Patentability criteria: Currently the India Patent Law has strict patentability criteria and within section 3d of this law it is clearly stated what is not an invention and therefore not patentable i.e. a new use of an old drug, or derivatives of old drugs or combinations of old drugs. Any threat to section 3d within any FTA negotiations should be combated as weakened patentability criteria will lead to “frivolous patents” that deny access to essential generic medicines for many years to come.

Extension of data exclusivity: There is a danger that during FTA negotiations there will pressure placed upon the Indian negotiators to grantmultinational pharmaceutical companies data exclusivity beyond the current 5years allowing them to maintain exclusive rights on pharmaceutical data.

This effectively prevents the Drug Controller Generals officers from relying on clinical data already in their possession for subsequent approval of generic versions of a medicine. As a result the DCGI will be unable to process an application for marketing approval of generic version of the medicine and access to a generic form is effectively blocked for many years.

IP Enforcement and border measures: Border measures that seek to detain imports or exports of good that allegedly of infringing intellectual property rights effectively block Indian generic medicines from reaching those in need in other parts of the developing world as seen in the seizure of medicines in European ports en route to Africa and Latin America. Any FTA that contains provisions on border measures will lead to an increase in such illegal seizures of Indian medicines.

Criminalisation of enforcement of patents: Currently, under Indian law, alleged infringements of a patent or copyright is a civil offence. We are concerned that both the European Union and Japan may press for criminalisation of such infringements in any Free Trade negotiations. Such a move would effectively turn the DCGI into a de facto patent police and would deter anybody, including generic companies, from challenging invalid patent.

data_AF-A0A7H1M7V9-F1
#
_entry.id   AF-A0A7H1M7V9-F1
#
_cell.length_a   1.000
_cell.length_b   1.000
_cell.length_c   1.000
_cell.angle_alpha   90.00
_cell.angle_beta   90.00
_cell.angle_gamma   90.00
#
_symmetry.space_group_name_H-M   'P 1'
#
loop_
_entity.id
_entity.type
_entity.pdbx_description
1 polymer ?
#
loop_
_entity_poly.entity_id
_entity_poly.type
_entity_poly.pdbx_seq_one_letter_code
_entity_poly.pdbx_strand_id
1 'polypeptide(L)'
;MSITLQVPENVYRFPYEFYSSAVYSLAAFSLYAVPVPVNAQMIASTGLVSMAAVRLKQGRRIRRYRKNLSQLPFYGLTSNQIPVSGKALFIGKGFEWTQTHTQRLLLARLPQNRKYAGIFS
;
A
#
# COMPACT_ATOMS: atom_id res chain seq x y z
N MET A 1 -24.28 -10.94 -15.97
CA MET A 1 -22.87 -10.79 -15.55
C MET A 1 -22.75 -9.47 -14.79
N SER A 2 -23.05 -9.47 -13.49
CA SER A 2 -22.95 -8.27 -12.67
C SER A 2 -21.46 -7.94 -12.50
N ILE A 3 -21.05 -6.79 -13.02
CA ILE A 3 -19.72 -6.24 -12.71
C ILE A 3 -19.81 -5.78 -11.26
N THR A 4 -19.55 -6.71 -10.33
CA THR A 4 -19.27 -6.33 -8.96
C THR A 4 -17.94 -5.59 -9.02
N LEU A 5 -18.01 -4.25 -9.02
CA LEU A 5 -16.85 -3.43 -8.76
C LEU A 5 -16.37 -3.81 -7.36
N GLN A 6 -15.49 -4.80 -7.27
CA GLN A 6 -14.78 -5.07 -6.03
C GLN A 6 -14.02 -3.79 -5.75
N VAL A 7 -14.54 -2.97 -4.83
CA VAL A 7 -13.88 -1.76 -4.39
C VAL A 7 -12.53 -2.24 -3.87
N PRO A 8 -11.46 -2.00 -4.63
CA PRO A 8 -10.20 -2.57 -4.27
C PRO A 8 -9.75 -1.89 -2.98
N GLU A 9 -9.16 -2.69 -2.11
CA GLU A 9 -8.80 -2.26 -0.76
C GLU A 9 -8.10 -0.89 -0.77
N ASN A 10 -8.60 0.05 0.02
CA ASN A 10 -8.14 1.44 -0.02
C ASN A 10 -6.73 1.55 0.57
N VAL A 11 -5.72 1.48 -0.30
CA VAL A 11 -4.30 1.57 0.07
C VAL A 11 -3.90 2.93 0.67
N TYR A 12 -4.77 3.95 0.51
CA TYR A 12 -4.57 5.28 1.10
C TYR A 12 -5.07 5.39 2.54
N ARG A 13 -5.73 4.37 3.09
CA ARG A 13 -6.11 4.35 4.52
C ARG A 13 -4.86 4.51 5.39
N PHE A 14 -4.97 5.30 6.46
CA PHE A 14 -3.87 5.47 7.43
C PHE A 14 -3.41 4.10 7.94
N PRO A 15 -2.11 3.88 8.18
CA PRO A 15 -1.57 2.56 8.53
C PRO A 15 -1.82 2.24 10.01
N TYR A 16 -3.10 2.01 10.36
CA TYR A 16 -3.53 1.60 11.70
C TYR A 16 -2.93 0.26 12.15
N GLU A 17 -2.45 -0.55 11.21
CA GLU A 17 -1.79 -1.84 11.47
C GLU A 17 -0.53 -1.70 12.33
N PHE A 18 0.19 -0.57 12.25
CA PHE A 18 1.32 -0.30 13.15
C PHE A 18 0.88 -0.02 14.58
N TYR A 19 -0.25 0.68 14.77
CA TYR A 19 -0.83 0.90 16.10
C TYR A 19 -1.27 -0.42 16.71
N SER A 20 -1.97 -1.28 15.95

With such threats to the pipeline of essential generic medicines for the developing world we urge the Government of India to remain firm in ensuring that in no Free Trade Agreement does India sign away her rights under international law. None of the restrictive provisions mentioned above are required under the World Trade Organization (WTO) Agreement on Trade-related Aspects of Intellectual Property Rights (TRIPS), and this is reaffirmed by the November 2001 Doha Declaration on TRIPS and Public Health.

- Thai Network of People Living with HIV/AIDS
- AIDS Access Foundation
- Alternative Agriculture Network
- Friends of Kidney-failure Patients Club
- Cancer Patient Network
- Foundation for Consumers
- The Rural Pharmacist Foundation
- The Rural doctor foundation
- Foundation for AIDS Rights
- Thai NGO Coalition on AIDS
- Drug Study Group
- Biodiversity and Community Right Action Thailand, (Biothai)
- Health Consumer Protection program, Chulalongkorn University
- Social Pharmacy Research Unit, Chulalongkorn University
- Drug System Monitoring and Development Program, Chulalongkorn University
- Thai Holistic Health Foundation
- Ecological Alert and Recovery - Thailand
- FTA Watch